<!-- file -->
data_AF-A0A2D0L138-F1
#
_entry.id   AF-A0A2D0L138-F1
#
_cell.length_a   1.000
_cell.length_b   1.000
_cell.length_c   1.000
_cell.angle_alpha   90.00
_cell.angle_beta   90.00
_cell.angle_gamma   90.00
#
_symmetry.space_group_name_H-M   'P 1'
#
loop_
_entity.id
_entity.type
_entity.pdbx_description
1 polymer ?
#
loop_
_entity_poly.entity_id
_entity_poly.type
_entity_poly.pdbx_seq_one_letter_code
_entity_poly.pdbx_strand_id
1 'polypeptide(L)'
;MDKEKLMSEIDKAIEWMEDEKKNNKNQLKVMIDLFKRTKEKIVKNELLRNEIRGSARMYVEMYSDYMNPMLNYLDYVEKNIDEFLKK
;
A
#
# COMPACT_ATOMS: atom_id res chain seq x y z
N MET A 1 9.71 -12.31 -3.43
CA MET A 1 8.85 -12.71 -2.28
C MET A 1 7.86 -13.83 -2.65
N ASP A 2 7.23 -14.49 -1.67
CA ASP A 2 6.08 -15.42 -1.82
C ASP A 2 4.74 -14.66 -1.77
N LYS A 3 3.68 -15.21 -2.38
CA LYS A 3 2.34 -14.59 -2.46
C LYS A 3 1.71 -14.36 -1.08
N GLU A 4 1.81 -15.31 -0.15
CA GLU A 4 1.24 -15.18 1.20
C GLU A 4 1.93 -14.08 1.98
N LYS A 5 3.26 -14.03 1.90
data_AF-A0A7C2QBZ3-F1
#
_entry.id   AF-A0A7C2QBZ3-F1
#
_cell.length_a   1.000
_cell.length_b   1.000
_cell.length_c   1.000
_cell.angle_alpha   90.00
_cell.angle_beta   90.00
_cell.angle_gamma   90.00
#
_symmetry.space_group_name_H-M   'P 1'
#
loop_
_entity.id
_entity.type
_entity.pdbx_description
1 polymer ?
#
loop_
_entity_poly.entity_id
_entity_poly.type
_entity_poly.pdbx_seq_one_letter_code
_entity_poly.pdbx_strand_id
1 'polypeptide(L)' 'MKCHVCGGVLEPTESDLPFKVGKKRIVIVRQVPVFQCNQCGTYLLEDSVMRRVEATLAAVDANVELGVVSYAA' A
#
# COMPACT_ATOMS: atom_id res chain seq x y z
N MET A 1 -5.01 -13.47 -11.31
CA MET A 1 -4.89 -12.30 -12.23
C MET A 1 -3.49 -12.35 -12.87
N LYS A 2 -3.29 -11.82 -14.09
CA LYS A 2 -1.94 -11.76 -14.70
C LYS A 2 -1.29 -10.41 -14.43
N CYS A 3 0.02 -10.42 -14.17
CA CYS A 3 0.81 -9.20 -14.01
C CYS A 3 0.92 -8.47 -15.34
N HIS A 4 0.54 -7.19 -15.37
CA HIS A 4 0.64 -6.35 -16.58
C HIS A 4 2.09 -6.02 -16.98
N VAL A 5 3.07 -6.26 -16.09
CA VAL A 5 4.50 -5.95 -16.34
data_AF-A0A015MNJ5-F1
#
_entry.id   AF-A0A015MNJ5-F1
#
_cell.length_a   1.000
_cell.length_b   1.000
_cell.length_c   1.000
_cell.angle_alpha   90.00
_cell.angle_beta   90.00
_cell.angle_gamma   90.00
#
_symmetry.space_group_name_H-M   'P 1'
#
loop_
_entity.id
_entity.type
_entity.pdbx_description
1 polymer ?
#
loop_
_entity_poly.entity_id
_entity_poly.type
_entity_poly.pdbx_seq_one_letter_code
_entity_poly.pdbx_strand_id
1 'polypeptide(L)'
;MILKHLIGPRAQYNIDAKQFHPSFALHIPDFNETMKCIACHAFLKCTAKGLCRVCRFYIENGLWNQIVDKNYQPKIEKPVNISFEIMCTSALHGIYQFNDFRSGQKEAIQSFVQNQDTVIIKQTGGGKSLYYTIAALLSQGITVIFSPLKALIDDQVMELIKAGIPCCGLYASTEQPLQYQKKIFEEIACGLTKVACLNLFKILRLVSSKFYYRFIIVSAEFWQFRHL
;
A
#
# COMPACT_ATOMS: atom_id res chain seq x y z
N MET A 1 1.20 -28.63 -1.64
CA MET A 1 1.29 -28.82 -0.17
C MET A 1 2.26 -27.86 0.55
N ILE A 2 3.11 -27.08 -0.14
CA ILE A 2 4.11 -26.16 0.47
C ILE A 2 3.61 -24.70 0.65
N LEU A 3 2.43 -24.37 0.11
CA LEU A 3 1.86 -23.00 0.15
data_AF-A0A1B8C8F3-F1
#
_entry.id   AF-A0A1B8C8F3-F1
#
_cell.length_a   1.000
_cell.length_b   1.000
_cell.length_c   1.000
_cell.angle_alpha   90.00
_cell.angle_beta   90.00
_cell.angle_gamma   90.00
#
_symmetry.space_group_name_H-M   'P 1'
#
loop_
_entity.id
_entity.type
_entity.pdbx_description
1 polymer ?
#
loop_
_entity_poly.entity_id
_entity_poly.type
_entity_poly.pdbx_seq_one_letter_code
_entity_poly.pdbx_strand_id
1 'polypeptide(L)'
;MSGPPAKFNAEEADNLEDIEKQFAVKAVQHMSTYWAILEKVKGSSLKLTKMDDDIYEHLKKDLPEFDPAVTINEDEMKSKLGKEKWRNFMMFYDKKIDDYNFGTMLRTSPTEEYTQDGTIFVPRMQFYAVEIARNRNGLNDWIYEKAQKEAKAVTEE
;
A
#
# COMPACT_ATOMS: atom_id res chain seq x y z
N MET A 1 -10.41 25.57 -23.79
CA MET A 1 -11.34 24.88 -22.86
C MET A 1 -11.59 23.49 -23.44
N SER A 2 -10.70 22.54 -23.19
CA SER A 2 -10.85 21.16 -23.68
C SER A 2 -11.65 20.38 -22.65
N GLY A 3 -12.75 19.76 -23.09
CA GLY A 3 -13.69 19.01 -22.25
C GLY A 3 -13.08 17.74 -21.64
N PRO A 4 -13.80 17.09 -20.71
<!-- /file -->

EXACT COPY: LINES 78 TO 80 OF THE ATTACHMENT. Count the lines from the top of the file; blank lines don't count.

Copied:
CA CYS A 3 0.81 -9.20 -14.01
C CYS A 3 0.92 -8.47 -15.34
N HIS A 4 0.54 -7.19 -15.37